New Asian market offers large variety


Sunday, June 8th 2003, 12:00 am
By: News On 6


OKLAHOMA CITY - A new market opening in the heart of the Asian district differs from the stores scattered around the area many Vietnamese immigrants have called home since 1975.

This one stands the size of Wal-Mart, displays TV screens and greets guests with electric orange palm trees and a rock fountain. Inside, there's to-go food, a sushi bar, vegetarian meals and huge aisles.

"We're taking the best of both worlds -- Asian food and the conventional American grocery store," said Ba Luong, executive vice president of Super Cao Nguyen, which opens June 20.

Luong hopes to bring Asian foods and spices to those who do not normally set foot in a small Asian market like the one his parents opened 22 years ago after they immigrated from Vietnam.

The old store continued to expand but the demand outgrew the small place. When Ba's father, Tri Van Luong, decided to build a larger market, he turned the operations over to his 26-year-old son to transform the traditional Vietnamese market into a high-tech masterpiece of American shopping.

The market is not even open yet and cars of visitors keep stopping by to snap pictures in front of the water fountain and inquire when they can come in and look around.

"We get people driving by all the time asking when we are open and these are not traditional Vietnamese store shoppers," he said.

Luong has noticed a new clientele wondering through the cramped aisles of the old store. These customers, he said, are attracted to Asian cooking for its freshness and low prices.

"The vegetables here are cheaper than in our stores," said Margaret Hughes, 61.

Dozens of Asian markets line the area and another large Asian market, Hong Kong Market, opened in November in south Oklahoma City.

While Asian characters may confuse non-traditional shoppers, TV monitor pictures should point them in the right direction. Ba and his two brothers will help customers learn how to wrap spring rolls or cook Asian fondue.

Samples will be given out daily around the store and cooking demonstrations will help less Asian savvy chefs figure out their meals. Hughes said she needed someone to show her how to cook these specialty items.

"If they put a cooking school in here, they'd fill the place up," she said while pushing her cart through Hong Kong Market. "They need to have someone in here who walks around explaining stuff because you pick something up and say, 'What do you do with this?"'

The 48,000-square-foot building holds a bakery with fresh bread from La Baguette while the back of the store has a 15-foot saltwater aquarium with live fish, scallops and lobster to take home. The store includes a complete selection of produce, bamboo plants with assorted pots and fresh coconuts that you can stick a straw in and drink while you shop.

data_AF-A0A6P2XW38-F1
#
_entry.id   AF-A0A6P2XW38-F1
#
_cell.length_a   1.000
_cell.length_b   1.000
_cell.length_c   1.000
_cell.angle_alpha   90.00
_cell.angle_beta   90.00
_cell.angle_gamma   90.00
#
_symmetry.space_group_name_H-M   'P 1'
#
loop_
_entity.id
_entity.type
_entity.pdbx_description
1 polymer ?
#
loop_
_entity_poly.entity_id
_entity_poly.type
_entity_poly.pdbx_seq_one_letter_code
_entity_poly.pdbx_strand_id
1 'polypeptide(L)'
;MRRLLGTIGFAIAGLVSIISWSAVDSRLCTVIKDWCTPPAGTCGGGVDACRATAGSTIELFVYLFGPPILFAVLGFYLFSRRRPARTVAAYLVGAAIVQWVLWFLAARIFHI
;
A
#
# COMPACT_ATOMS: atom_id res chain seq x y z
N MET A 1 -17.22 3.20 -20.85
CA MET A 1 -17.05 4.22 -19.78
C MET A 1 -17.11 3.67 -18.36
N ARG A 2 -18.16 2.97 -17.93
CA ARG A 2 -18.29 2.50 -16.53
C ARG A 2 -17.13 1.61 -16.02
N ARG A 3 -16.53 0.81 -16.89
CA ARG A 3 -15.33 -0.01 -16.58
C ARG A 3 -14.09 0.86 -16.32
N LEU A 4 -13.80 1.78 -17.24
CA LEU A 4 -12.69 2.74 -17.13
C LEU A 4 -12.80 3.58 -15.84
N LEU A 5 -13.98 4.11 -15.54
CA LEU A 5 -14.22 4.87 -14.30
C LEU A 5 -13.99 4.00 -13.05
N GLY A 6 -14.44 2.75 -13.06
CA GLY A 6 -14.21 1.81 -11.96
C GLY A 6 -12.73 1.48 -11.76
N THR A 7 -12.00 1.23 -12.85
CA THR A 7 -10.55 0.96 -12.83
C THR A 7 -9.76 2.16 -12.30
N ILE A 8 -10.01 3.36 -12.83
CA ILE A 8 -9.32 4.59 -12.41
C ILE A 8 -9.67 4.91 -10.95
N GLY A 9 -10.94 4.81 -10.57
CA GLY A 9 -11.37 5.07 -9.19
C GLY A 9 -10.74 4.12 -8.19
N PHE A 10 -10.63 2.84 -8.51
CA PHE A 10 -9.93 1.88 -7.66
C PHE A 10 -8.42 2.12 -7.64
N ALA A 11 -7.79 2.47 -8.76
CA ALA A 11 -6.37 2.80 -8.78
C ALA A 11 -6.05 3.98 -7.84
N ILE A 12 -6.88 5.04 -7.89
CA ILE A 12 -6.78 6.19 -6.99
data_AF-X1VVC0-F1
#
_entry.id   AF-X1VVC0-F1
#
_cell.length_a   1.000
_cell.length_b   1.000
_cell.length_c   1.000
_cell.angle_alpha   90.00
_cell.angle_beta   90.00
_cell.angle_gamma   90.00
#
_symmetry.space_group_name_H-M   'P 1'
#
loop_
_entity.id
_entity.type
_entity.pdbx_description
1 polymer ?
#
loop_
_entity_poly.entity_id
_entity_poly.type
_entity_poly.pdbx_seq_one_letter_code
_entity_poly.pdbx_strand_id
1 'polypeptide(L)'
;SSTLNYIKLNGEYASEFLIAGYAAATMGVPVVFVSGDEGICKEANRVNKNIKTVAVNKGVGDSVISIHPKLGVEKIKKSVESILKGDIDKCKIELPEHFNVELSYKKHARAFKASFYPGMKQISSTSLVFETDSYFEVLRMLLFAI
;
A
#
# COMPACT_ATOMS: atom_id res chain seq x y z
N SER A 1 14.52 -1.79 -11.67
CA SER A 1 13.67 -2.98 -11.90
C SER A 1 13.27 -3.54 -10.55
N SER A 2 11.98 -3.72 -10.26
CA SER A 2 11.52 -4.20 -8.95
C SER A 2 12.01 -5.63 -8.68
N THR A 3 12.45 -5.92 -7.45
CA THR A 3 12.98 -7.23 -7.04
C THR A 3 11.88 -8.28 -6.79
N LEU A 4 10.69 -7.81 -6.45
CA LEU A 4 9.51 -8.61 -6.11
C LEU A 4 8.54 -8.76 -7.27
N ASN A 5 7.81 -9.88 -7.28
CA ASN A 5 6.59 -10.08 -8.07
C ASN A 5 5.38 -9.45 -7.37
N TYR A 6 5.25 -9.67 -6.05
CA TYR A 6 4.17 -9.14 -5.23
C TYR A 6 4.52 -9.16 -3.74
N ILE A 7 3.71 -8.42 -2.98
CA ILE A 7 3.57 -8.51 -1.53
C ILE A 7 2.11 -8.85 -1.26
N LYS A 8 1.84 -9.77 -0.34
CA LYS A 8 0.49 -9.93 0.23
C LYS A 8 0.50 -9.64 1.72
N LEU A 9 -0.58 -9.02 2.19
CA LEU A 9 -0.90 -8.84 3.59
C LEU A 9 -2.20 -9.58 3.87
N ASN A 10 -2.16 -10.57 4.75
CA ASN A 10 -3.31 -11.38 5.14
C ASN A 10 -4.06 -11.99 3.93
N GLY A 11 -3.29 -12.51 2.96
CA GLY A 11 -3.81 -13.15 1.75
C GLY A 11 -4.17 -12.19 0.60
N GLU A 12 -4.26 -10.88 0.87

The new market will become more than just a market. Following the Asian tradition of markets as places for socializing, Ba decided to add a breezeway to house several new restaurants and a cell phone store. A noodle shop out of California is coming to the area as well as a Taiwanese restaurant that specializes in bubble tea -- a fusion of old and new Asian tastes.

The same cuisine that traditional shoppers have always enjoyed -- balut eggs (duck), pig feet, ox tail and pork hocks can be found in the new store. Ba said his customers of 20 years should be able to find the items they've been buying forever at the old store without too much trouble.

"With any type of change, there will be resistance but they have been asking for a bigger place," he said.

Melding the old and the new can cause clash, but the Luongs seem to think it is time for such a change. The Vietnamese immigrants have watched their three boys grow up in Oklahoma and adapt to American culture. The sons see the store as a way to express their Asian traditions in a more American setting.

Poommaree Ellis drives from Taloga to shop at the Cao Nguyen store.

"I think it is a good idea they are moving," she said. "The other one is too little."

The new store will open just around the corner from the old one with a much larger parking lot. It won't be hard to find, just look for the electric orange palm trees.